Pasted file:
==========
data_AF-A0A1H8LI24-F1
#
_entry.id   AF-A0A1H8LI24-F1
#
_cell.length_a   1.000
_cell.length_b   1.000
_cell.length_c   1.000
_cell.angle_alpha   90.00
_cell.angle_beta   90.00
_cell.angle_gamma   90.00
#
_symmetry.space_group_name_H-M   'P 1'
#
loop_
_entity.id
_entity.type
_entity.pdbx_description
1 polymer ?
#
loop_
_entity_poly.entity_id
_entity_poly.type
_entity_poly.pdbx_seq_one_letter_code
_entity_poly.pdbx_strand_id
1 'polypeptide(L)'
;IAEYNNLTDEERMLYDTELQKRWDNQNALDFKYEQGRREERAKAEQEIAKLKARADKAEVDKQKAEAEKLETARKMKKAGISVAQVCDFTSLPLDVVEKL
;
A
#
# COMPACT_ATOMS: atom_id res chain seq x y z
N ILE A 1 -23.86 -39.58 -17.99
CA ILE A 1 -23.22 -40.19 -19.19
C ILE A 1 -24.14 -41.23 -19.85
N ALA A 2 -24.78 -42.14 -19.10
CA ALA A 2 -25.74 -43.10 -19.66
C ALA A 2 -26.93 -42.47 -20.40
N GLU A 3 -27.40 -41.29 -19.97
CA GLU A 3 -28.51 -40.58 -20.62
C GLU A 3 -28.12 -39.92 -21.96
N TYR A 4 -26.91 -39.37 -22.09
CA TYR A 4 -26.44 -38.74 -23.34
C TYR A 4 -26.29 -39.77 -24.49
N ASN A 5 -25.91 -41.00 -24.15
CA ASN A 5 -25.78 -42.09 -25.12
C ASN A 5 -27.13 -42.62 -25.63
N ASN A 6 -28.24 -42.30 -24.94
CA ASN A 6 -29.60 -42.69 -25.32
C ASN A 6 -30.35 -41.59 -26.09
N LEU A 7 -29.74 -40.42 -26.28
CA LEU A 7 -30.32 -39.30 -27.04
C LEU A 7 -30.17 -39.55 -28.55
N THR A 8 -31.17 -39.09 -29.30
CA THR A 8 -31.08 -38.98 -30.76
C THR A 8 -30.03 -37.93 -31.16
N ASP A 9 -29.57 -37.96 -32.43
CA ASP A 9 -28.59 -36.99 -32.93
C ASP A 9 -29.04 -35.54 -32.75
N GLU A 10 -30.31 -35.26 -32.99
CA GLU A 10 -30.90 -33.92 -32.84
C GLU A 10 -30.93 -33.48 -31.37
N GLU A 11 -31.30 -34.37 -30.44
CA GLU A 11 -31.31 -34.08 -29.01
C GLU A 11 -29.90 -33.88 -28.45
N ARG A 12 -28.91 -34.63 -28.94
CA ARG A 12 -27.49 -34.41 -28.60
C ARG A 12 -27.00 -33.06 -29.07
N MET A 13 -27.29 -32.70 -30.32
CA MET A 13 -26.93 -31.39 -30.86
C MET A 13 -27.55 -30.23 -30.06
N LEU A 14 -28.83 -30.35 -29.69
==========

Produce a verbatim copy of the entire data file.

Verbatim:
data_AF-A0A1H8LI24-F1
#
_entry.id   AF-A0A1H8LI24-F1
#
_cell.length_a   1.000
_cell.length_b   1.000
_cell.length_c   1.000
_cell.angle_alpha   90.00
_cell.angle_beta   90.00
_cell.angle_gamma   90.00
#
_symmetry.space_group_name_H-M   'P 1'
#
loop_
_entity.id
_entity.type
_entity.pdbx_description
1 polymer ?
#
loop_
_entity_poly.entity_id
_entity_poly.type
_entity_poly.pdbx_seq_one_letter_code
_entity_poly.pdbx_strand_id
1 'polypeptide(L)'
;IAEYNNLTDEERMLYDTELQKRWDNQNALDFKYEQGRREERAKAEQEIAKLKARADKAEVDKQKAEAEKLETARKMKKAGISVAQVCDFTSLPLDVVEKL
;
A
#
# COMPACT_ATOMS: atom_id res chain seq x y z
N ILE A 1 -23.86 -39.58 -17.99
CA ILE A 1 -23.22 -40.19 -19.19
C ILE A 1 -24.14 -41.23 -19.85
N ALA A 2 -24.78 -42.14 -19.10
CA ALA A 2 -25.74 -43.10 -19.66
C ALA A 2 -26.93 -42.47 -20.40
N GLU A 3 -27.40 -41.29 -19.97
CA GLU A 3 -28.51 -40.58 -20.62
C GLU A 3 -28.12 -39.92 -21.96
N TYR A 4 -26.91 -39.37 -22.09
CA TYR A 4 -26.44 -38.74 -23.34
C TYR A 4 -26.29 -39.77 -24.49
N ASN A 5 -25.91 -41.00 -24.15
CA ASN A 5 -25.78 -42.09 -25.12
C ASN A 5 -27.13 -42.62 -25.63
N ASN A 6 -28.24 -42.30 -24.94
CA ASN A 6 -29.60 -42.69 -25.32
C ASN A 6 -30.35 -41.59 -26.09
N LEU A 7 -29.74 -40.42 -26.28
CA LEU A 7 -30.32 -39.30 -27.04
C LEU A 7 -30.17 -39.55 -28.55
N THR A 8 -31.17 -39.09 -29.30
CA THR A 8 -31.08 -38.98 -30.76
C THR A 8 -30.03 -37.93 -31.16
N ASP A 9 -29.57 -37.96 -32.43
CA ASP A 9 -28.59 -36.99 -32.93
C ASP A 9 -29.04 -35.54 -32.75
N GLU A 10 -30.31 -35.26 -32.99
CA GLU A 10 -30.90 -33.92 -32.84
C GLU A 10 -30.93 -33.48 -31.37
N GLU A 11 -31.30 -34.37 -30.44
CA GLU A 11 -31.31 -34.08 -29.01
C GLU A 11 -29.90 -33.88 -28.45
N ARG A 12 -28.91 -34.63 -28.94
CA ARG A 12 -27.49 -34.41 -28.60
C ARG A 12 -27.00 -33.06 -29.07
N MET A 13 -27.29 -32.70 -30.32
CA MET A 13 -26.93 -31.39 -30.86
C MET A 13 -27.55 -30.23 -30.06
N LEU A 14 -28.83 -30.35 -29.69